by ALEXIS SMITH
My name is Alexis Smith, and I am a junior at Cimarron-Memorial High School. To those close to me, I’m known as Lexy. I love being around family and friends.
I’m the youngest of four children on my mother’s side of the family. I’m not really close to my father or his family. My mom took on the role of mother and father. We are like most people; neither rich nor poor, but getting by making ends meet. Living paycheck to paycheck has taught me that nothing in life is easy, and things can be taken from you at any moment.
I’m a humble person, but if I had to describe myself in two words I would say that I am intelligent and athletic. I’m an honor roll student and pride myself on maintaining good grades. I am very interested in sports: I play volleyball, basketball and run track and field. Being successful in everything I do isn’t an option; it’s an obligation.
Although I am only 16, I’ve been through many obstacles and struggles in my life – but I use that to push forward, never looking back. I believe in making the best of every situation, and turning negative circumstances into positive ones.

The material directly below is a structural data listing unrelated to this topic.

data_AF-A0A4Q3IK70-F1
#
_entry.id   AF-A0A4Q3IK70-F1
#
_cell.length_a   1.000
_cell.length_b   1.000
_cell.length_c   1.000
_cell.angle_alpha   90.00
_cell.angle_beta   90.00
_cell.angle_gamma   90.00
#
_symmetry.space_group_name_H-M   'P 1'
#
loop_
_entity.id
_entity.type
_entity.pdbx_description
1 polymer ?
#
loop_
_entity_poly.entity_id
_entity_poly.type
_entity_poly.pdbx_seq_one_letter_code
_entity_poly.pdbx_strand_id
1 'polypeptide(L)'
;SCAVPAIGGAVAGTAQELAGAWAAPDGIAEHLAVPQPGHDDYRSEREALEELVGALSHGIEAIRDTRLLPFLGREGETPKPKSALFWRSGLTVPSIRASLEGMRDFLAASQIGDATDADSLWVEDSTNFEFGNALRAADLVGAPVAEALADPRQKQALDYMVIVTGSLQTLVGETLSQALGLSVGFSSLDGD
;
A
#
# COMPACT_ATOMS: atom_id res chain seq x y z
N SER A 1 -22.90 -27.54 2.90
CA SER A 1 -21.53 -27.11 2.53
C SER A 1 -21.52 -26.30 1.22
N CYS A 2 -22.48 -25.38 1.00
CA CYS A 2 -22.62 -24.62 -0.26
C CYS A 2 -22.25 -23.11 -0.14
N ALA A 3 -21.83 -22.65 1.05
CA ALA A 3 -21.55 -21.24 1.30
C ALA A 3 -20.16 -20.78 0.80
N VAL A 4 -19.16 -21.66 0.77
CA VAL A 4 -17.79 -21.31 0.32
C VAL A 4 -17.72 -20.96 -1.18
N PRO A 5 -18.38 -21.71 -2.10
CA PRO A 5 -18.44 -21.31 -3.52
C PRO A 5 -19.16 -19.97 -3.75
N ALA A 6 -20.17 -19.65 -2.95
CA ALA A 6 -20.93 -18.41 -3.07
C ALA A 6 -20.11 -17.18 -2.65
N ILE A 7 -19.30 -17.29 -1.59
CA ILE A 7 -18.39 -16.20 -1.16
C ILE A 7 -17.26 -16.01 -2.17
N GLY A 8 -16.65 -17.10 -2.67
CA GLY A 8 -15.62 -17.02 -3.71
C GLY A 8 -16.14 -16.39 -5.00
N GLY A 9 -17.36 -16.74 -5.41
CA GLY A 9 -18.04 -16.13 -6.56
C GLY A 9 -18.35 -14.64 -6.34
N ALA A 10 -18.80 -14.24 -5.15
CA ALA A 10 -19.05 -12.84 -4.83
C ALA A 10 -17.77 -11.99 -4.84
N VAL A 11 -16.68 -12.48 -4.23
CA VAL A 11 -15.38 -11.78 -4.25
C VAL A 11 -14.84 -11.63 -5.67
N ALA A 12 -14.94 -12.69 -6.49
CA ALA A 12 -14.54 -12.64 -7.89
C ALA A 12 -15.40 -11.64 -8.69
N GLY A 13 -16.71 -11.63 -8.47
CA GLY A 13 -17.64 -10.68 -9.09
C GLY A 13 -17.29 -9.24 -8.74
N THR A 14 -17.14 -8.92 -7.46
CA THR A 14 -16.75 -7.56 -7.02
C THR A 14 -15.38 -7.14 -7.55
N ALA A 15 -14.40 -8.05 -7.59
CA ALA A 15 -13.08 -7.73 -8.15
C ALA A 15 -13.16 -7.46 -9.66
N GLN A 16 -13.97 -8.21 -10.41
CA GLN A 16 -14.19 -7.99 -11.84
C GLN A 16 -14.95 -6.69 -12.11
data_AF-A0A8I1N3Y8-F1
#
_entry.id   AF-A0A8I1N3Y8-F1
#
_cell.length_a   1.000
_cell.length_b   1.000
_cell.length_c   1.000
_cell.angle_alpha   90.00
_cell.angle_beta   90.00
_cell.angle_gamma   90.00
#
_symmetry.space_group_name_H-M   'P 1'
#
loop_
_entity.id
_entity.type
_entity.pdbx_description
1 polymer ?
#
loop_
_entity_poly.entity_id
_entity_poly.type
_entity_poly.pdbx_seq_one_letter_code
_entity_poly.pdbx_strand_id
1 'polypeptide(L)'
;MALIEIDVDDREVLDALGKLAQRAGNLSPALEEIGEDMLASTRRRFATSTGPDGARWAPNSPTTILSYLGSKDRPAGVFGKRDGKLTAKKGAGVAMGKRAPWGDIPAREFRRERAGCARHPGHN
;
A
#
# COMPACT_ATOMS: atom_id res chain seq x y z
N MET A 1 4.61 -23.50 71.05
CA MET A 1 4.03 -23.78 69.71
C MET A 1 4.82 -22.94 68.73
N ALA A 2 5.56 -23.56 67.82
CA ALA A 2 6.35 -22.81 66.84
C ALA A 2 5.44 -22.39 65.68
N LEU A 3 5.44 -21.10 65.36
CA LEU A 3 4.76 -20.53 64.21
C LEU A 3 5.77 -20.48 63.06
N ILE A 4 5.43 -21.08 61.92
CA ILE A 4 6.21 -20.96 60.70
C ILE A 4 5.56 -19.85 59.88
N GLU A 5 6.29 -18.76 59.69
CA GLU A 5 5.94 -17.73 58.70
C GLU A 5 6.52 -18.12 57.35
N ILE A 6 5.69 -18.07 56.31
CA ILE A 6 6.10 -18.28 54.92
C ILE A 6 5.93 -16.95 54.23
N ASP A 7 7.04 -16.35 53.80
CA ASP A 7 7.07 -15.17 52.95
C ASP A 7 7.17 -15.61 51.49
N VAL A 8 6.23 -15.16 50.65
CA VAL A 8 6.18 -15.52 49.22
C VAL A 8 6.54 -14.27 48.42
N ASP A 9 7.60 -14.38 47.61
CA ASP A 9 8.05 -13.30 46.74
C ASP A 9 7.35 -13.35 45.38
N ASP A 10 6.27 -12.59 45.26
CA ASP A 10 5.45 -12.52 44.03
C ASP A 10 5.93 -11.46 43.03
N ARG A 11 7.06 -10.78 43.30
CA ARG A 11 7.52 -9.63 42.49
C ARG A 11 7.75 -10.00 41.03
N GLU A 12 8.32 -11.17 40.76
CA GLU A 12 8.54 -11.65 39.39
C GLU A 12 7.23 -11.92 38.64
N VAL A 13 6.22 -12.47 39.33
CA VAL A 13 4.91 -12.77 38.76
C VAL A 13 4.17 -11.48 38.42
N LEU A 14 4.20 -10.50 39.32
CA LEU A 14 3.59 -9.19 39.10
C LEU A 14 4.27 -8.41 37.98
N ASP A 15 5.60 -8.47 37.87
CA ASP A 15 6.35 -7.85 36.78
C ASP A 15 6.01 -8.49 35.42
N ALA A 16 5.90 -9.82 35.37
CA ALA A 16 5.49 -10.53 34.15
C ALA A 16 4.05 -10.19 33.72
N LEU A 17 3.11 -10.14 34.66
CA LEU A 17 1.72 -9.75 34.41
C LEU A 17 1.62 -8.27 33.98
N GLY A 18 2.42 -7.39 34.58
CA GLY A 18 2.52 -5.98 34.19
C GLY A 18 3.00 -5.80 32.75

For all students, it is important to have people to admire and respect. For African-American students, it is an absolute necessity. Having positive role models is, and can be, very influential in a person’s life. An icon can influence one’s decisions, actions, and inactions without even knowing. An icon can be someone at home or school, in the neighborhood or workplace.
For me, that person is Greg Holloway, my high school basketball coach.
Cimarron-Memorial is a school with a one-star ranking, which may cause outsiders to believe that our students, teachers and administrators reflect that ranking. In reality, this is far from the truth. My coach is one example that makes me believe Cimarron-Memorial deserves five stars.
Walking into each practice full of joy, happy to be alive another day, he encourages me to be the best I can be in life, school and basketball. You might never know that he is a cancer survivor who once came close to death. Like me, he has been through many hardships: growing up in a one-income household, receiving government assistance, and not always having the best of everything.
Though he has been through some hard times, he does not take it out on the world. Instead, he uses his struggles as an example to work even harder to be successful in everything he does.
Before Coach Holloway, I never really had a strong African-American male in my life to look up to. He goes beyond just “coach.” He has stepped up as a father figure for me and my teammates. If we fall off track, he is there to help us pick ourselves back up. He does not allow us to make excuses for our mistakes, because that is no way to go through life. He teaches us that we’re going to make mistakes; it’s human nature. We just have to be able to learn from them. One thing is certain: There is no mistaking Coach Holloway for anything other than an all-around outstanding man.